We recently sat down for a Q&A with our new Development Strategist, Amy Boroff. Amy shared a bit about her experience and what excites her about joining the Action team. She also offered some advice for nonprofits looking to advance their communications.
During her 20 plus years of professional experience, she served as a Development and Marketing Director, held corporate positions, and even launched her own business. We are very excited to have Amy as part of our team. Keep reading to learn more about the newest member of the Action team!
Briefly share with us a bit about the organizations you worked with before Action.
I launched my nonprofit career at the National Multiple Sclerosis Society as an Event and Walk-A-Thon Manager in 1999. Then, after many years and several positions working for corporate with John Wiley & Sons, Inc., I found a home at Junior Achievement of New Jersey.
At Junior Achievement of New Jersey, I worked to educate young people about fiscal responsibility, entrepreneurship and workforce readiness. I truly got to love the organization through volunteering with them. When not volunteering, I stepped up as an Event Manager, Marketing and Social Media Manager, Fundraising Manager, Editor, and ultimately Development Director. Anyone who has worked in the nonprofit world knows how many hats we wear.
As the New Jersey chapter grew, I was ready to use the entrepreneurial skills I’d learned throughout my career. Ironically, many of those were the same skills I had brought to numerous NJ youth through Junior Achievement. So my husband and I opened a brick and mortar storefront, a children’s retail and event space, in our hometown of Fanwood, NJ, where I also serve on the Board of Education.
What excites you about joining Action?
I was very selective when I decided I wanted to work with nonprofits again. I knew I wanted to leverage my experience to make a bigger impact. But It didn’t take long. After my initial interview, I knew I wanted to contribute to the current vision of Action. This group has been helping independent schools and nonprofit organizations enhance their communications and improve their fundraising for years. I am really excited to be a part of that journey.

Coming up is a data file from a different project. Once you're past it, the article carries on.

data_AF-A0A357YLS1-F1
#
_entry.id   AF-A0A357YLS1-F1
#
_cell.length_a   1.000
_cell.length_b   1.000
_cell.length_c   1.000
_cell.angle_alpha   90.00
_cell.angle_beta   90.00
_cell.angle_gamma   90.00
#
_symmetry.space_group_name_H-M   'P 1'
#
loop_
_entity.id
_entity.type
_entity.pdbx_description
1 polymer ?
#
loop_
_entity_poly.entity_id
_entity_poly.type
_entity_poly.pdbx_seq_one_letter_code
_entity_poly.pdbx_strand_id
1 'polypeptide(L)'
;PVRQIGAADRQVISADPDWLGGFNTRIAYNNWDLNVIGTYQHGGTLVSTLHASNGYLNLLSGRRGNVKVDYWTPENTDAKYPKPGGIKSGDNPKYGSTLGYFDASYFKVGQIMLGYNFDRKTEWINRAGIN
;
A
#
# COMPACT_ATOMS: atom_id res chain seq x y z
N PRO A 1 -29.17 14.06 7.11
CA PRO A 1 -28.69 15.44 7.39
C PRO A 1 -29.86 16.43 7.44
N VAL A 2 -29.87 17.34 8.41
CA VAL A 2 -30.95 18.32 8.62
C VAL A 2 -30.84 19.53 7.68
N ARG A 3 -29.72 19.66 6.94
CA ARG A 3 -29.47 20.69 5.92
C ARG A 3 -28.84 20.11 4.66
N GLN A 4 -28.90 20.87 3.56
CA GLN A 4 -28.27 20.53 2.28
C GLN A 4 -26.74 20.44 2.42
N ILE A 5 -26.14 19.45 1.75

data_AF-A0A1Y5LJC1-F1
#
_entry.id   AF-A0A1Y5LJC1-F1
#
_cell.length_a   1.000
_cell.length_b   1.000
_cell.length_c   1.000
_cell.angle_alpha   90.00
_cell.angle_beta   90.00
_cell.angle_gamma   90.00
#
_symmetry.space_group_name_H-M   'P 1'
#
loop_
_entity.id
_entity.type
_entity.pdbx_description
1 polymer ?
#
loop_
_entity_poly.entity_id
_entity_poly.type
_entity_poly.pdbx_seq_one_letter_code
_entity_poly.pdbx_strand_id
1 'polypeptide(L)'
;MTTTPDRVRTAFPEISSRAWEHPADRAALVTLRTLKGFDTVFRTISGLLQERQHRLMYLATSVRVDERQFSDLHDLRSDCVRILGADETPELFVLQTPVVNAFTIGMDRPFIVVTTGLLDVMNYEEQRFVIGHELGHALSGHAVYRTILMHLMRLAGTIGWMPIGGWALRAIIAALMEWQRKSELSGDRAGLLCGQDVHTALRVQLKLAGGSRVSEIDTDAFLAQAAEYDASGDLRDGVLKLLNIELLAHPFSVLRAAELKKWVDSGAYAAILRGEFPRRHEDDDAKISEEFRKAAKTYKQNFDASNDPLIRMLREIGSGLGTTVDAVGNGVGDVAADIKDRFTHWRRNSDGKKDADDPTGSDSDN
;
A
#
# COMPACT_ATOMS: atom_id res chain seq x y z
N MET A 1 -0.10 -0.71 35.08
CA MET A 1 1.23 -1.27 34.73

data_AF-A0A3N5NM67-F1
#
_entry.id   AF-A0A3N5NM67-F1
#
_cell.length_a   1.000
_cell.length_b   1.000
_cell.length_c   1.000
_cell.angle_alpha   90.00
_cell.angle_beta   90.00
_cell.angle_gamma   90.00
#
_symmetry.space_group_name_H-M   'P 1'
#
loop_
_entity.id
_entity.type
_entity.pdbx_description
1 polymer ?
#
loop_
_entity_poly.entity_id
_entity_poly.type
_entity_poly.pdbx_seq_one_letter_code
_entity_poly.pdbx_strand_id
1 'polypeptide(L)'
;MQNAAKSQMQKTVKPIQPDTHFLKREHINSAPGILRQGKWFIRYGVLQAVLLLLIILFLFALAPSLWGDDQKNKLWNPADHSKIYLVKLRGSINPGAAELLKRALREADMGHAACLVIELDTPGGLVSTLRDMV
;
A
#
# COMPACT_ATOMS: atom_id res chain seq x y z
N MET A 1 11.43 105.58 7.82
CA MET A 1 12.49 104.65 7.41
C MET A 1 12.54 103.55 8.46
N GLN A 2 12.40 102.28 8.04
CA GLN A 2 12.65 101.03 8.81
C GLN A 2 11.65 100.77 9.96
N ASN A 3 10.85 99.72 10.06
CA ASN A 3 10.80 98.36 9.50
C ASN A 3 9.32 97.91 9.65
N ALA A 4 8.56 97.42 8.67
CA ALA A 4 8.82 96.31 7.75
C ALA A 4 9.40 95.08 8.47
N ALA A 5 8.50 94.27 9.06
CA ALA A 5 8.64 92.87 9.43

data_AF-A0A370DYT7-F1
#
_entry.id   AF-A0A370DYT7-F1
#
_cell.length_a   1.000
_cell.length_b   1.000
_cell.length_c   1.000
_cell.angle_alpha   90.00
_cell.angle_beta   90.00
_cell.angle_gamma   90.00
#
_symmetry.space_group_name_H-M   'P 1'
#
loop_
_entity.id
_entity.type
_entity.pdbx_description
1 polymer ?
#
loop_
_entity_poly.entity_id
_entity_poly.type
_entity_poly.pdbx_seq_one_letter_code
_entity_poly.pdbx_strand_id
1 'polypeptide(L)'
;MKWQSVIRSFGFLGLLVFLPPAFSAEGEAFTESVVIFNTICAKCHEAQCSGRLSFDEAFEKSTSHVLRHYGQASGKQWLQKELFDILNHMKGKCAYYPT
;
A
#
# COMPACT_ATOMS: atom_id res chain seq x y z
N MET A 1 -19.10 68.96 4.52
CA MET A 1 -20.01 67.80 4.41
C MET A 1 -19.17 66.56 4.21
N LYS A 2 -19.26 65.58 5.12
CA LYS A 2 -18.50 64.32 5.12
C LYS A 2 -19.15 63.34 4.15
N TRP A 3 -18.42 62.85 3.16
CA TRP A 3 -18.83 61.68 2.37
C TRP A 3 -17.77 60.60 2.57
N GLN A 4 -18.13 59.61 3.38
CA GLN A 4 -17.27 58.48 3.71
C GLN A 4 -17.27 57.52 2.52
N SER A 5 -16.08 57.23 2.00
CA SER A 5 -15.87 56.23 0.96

However, we know the nonprofit world is constantly evolving. There are multiple channels of communication and sources of data that are available. But many organizations are not using these strategies to their full potential.
I just love the strategic team that has been put together at Action. Together, they bring thought leadership, design, marketing technology, data interpretation, and other skills to the table. Personally, as a Development Strategist, I bring my experience in nonprofit and community development, fundraising, marketing and communication, and entrepreneurship.
I get excited to meet with nonprofit organizations and gain an understanding of their mission and goals. We’re like a giant think tank that solves problems and executes solutions. Once we understand an organization’s goals, our team comes together to dig deep into their donor metrics and communication strategy so we can develop and execute the right plan that helps them fulfill their fundraising or marketing objectives. That excites me.
Based on your experience working at nonprofits, what is the one message you want to convey to others about how to advance their communications?
That’s a loaded question – and certainly specific to each individual organization and their current environment. On a large scale, it’s important to look at what is currently in place before any organization takes steps to advance their communications. Messages across all platforms should be consistent (internally, interdepartmentally, online, and offline), meaningful and measurable.
Because there are so many methods of communication, fundraisers tend to think they’re communicating as long as they are delivering messages and getting the word out. However, I believe an effective strategy that advances communications, increases fundraising potential, and builds support, requires a look across the entire organization’s communications outreach and culture. Effective communication requires consistency, engagement, purpose, meaning, and always, a method of measurement.